Again, all other things being equal (meaning hardware, environment, workload) the *nix will last a lot longer without maintenance than the Windows will.
 
Old 07-19-2007, 10:47 AM   #18
IsaacKuo
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I'd have to say that the typical Windows user is indeed a whiner. But that's just because most people are whiners.

I left the stock Windows XP install on my wife's computer. I had to work on it a lot in order to get it into an acceptable state (one which didn't have TOO much crudware and pop-up-ware). But for her purposes--just web browsing--Windows is mostly adequate.

At one time, I had put together a computer for her with Linux. I gave up on it because of the whining. When a web site didn't work properly, then she blamed Linux. It didn't matter what the reason was. It was Linux's fault. With Windows installed, she blames the web site when it doesn't work properly.

Is this fair? Of course not. It's the same web sites not working for the same reasons. There are just a ton of flakey web sites out there! Somehow, I manage to never run across them myself...but I mostly browse computer related and commercial web sites; I imagine most of them are somewhat competent at keeping a web site up and running properly.

For my Dad's computer, Windows is the only option...and even then it's just barely more functional than Linux. He browses Taiwanese and other Asian web sites. The majority of them are poorly put together and they often require bizarre dubious Windows/IE-only plug-ins. Getting these web sites to work in Linux is practically a non-starter, and getting them to work in Windows is only slightly more doable. I shudder at the thought of how much mal-ware must be installed on his computer just to get those web sites to sort of work.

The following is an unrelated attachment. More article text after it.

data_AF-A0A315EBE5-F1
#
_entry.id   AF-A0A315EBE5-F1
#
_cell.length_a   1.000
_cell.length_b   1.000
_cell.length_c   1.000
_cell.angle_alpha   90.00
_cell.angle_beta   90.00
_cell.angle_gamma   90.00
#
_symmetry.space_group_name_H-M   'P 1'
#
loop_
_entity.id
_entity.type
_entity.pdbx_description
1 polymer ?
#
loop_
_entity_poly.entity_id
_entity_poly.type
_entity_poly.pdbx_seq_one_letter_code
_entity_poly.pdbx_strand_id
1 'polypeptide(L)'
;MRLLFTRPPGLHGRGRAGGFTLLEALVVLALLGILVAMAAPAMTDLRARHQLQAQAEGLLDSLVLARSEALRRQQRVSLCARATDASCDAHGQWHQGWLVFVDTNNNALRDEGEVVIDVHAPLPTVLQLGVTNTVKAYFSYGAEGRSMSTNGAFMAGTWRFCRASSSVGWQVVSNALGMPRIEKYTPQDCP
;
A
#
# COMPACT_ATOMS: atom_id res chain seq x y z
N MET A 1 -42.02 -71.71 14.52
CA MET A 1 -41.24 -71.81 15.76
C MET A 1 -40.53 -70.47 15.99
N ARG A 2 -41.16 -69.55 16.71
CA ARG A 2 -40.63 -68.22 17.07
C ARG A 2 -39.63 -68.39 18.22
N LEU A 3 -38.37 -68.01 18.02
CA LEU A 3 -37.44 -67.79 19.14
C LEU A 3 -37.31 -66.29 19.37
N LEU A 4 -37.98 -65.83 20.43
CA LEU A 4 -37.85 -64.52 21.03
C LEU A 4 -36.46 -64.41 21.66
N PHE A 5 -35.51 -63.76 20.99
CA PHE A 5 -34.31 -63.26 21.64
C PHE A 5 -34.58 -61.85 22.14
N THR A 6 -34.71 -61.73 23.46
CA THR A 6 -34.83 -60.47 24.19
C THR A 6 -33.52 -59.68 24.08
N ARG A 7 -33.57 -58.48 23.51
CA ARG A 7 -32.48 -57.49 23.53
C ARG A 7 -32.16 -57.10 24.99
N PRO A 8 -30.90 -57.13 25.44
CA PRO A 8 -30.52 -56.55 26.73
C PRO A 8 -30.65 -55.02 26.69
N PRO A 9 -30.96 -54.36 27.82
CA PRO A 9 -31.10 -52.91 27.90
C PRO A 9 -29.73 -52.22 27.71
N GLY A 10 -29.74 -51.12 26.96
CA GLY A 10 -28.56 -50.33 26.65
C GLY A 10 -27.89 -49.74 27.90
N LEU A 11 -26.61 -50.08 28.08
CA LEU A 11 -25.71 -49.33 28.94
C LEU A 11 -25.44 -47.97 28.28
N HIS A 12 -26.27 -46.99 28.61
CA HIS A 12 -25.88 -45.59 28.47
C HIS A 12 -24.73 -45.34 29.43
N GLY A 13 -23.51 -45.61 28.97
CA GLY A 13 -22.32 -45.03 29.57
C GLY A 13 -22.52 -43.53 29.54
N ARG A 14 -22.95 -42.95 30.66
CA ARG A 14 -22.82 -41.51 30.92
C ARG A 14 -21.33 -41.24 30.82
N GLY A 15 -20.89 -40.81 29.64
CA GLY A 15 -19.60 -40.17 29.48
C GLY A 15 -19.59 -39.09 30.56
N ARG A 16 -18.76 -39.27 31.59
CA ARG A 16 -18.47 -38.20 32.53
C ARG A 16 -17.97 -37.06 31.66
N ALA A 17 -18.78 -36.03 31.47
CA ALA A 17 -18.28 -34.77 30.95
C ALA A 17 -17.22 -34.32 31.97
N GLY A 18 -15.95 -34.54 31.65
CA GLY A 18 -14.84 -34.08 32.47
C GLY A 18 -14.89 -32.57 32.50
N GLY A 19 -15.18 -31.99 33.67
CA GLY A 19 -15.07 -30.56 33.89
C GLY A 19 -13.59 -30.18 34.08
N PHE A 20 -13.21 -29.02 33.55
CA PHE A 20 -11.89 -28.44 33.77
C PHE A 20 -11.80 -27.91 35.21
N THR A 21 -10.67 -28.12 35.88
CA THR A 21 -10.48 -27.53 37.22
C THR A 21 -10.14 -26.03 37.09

Old 07-19-2007, 01:13 PM   #19
hand of fate
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Quote:
Originally Posted by jiml8
Do you not periodically run chkdsk on the Windows system? You should. In Linux, the system handles this as required.
Windows automatically runs chkdsk on startup if there's a problem.

Quote:
Originally Posted by jiml8
Do you not run a defragger on the Windows filesystem? You should. Linux systems tend to not fragment.
Any filesystem, whether used by Windows or Linux, can suffer from fragmentation. In practice I experience very little fragmentation on either system.


Quote:
Originally Posted by jiml8
Do you not keep up with your antivirus and antispyware packages on Windows? You should.
AVG for Windows automatically updates itself. The Linux version doesn't. This makes the Linux version more work to maintain.

Quote:
Originally Posted by jiml8
I keep my windows systems running - and, when I give talks, I advise my listeners to do this - by running chkdsk whenever there is an anomaly, prior to installing any package, after installing any package, after a power failure, both before and after an upgrade, and - if none of those things applies - once a week anyway.
Windows automatically runs chkdsk on startup if there's an anomaly or after a power failure, and these are the only times it's really necessary to run chkdsk at all. Running it before and after installing any package or making any upgrade is excessive and unnecessary. It's certainly not necessary to run it anything like as often as every week on a domestic system!
 
Old 07-19-2007, 02:19 PM   #20
Lufbery
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Quote:
Originally Posted by b0uncer

Untrue. The fact that games (some, on some OS') happen to run on PCs is just interesting. Console games and consoles work a lot better than PCs (no need for driver updates, monthly updates, ...) between themselves and overall. PCs are difficult, games don't work on them unless you've got the right combination of hardware and software. On the other hand, if you buy a console and a game for it, it runs when you insert the disc and press power (on PC this means hours of installing, updating, cursing and crashing).
Now you're the one making it harder on yourself. Your opinions on the relative merits of using PCs or game consoles to play games have no bearing on the fact that millions of people, for (at least) the past 20 years have played increasingly sophisticated games on their PCs.

This is true even now that game consoles have become so wonderfully advanced.

I also have personally not experienced the "hours of installing, updating, cursing, and crashing" when playing games on my PC using Windows that you talk about. I've experienced a few crashes, and I've had to download and update drivers, but nothing that was very difficult or time-consuming.